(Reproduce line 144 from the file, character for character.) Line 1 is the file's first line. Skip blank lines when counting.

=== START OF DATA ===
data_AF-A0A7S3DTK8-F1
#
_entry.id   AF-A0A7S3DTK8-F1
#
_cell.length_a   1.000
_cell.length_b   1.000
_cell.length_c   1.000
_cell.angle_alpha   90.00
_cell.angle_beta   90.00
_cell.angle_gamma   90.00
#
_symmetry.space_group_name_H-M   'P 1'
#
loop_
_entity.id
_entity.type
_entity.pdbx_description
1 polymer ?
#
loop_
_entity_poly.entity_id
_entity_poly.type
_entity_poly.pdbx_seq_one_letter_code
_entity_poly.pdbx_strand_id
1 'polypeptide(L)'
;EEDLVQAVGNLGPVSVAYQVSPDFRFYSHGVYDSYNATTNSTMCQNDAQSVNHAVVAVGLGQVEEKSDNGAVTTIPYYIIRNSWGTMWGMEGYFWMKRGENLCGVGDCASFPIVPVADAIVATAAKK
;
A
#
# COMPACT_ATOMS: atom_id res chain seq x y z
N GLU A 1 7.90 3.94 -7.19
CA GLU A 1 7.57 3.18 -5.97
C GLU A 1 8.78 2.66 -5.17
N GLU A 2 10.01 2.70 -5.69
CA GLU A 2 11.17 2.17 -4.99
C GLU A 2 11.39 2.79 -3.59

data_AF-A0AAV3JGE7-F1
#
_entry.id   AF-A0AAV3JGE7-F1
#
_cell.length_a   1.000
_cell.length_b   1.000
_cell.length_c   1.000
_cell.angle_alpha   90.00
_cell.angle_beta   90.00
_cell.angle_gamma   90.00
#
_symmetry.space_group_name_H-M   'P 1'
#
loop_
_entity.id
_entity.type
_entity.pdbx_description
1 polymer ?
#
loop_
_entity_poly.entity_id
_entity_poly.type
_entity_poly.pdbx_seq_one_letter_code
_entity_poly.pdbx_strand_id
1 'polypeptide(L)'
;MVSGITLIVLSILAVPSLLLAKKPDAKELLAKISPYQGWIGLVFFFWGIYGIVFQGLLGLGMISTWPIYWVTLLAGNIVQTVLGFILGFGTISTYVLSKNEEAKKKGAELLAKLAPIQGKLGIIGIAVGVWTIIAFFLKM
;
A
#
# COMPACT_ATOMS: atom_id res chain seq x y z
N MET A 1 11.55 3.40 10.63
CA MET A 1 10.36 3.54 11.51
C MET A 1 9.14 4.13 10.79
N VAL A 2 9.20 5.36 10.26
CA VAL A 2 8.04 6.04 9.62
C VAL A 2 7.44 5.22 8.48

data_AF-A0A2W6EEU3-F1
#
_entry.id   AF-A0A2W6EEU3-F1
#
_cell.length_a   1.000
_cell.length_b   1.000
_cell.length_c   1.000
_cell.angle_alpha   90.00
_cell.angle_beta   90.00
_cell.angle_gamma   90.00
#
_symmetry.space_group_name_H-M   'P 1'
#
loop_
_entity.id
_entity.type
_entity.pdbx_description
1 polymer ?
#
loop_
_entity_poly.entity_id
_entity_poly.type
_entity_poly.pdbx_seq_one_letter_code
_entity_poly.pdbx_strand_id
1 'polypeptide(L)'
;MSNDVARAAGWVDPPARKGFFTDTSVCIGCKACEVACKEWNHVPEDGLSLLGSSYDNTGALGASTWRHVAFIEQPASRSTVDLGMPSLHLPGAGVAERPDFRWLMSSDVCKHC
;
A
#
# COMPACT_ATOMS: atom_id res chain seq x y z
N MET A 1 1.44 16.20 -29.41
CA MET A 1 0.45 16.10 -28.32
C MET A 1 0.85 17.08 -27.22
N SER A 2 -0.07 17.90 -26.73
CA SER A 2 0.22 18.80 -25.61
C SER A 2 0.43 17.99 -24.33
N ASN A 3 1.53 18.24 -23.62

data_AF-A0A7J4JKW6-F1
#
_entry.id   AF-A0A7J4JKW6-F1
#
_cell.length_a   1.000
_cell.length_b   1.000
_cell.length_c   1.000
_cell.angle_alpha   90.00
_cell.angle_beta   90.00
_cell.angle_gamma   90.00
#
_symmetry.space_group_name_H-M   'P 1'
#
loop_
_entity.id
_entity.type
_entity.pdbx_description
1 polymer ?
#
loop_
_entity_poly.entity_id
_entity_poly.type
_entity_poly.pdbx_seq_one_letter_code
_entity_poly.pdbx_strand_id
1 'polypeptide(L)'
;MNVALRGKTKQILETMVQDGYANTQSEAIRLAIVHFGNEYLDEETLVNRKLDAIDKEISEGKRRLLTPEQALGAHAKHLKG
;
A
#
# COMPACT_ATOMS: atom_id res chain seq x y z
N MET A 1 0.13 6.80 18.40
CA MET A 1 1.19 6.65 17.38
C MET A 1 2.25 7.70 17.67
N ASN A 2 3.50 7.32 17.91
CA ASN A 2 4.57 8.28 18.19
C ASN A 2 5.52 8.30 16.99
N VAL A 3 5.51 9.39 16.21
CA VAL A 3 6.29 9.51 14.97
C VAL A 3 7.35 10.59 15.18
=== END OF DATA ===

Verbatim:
CA ASN A 2 4.57 8.28 18.19